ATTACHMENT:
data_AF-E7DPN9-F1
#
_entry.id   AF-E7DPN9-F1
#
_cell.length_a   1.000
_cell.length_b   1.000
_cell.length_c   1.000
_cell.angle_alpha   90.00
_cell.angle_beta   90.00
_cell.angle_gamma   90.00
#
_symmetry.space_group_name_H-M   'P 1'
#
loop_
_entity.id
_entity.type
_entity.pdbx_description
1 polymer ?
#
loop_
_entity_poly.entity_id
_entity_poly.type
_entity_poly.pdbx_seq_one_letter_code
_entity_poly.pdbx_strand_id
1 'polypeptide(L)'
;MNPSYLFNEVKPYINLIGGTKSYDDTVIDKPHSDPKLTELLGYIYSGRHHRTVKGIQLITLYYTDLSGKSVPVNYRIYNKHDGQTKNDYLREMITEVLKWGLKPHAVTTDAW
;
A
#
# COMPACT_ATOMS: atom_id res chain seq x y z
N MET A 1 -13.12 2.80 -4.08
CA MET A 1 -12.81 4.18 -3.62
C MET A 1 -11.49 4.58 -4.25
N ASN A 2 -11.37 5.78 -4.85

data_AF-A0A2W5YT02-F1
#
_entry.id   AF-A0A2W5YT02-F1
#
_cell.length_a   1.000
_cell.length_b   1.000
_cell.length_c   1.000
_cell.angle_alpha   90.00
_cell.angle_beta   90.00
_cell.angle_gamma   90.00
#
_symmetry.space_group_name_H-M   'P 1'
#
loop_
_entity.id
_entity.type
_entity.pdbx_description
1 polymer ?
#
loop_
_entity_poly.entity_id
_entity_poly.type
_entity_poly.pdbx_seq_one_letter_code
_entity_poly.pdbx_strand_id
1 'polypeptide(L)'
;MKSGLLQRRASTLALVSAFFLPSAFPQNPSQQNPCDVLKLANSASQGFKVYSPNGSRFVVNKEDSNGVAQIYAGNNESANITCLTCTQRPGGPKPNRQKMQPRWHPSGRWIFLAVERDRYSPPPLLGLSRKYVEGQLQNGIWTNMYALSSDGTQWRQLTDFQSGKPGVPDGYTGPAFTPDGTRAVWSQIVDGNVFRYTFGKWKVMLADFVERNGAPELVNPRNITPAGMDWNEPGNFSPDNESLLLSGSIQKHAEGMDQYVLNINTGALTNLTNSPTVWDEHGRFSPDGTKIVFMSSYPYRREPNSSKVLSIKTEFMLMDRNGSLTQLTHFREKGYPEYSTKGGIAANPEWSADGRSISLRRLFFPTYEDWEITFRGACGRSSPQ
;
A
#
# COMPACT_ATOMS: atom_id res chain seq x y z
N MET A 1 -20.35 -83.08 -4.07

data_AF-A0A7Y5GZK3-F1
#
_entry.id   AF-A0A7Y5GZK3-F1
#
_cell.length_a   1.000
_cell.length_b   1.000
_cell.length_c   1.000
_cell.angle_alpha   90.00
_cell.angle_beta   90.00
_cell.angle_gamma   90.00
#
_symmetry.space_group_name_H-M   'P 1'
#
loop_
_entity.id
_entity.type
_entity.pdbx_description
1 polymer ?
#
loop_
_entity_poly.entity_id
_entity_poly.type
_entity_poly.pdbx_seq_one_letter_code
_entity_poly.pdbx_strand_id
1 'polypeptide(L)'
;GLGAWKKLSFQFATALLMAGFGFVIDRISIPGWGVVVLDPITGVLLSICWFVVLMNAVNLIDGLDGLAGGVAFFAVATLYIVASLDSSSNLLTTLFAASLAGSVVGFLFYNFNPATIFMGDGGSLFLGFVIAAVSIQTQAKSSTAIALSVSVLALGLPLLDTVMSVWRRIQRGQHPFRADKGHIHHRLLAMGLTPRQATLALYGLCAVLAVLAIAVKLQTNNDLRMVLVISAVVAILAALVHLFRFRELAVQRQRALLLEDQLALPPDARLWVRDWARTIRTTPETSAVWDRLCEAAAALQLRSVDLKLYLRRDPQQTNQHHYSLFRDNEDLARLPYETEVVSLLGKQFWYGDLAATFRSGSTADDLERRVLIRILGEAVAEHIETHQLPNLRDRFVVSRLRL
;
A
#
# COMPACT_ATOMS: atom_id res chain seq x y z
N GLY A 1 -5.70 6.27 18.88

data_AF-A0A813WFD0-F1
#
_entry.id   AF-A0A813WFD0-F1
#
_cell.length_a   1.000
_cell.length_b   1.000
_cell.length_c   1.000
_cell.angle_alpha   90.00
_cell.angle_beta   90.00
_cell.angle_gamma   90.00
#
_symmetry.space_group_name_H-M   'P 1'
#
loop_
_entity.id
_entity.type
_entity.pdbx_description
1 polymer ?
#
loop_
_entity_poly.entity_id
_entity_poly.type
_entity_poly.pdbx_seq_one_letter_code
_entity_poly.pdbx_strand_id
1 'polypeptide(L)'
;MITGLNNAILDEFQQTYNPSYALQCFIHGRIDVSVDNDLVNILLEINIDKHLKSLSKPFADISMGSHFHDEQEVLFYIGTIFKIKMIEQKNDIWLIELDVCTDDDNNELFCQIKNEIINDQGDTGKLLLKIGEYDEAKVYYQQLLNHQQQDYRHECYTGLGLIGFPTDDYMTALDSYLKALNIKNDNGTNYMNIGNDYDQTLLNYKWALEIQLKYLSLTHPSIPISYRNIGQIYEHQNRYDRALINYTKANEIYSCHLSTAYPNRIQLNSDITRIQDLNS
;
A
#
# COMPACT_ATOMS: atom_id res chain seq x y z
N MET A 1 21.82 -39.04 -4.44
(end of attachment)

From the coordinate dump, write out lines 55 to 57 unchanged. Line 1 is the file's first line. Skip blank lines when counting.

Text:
_entity_poly.entity_id
_entity_poly.type
_entity_poly.pdbx_seq_one_letter_code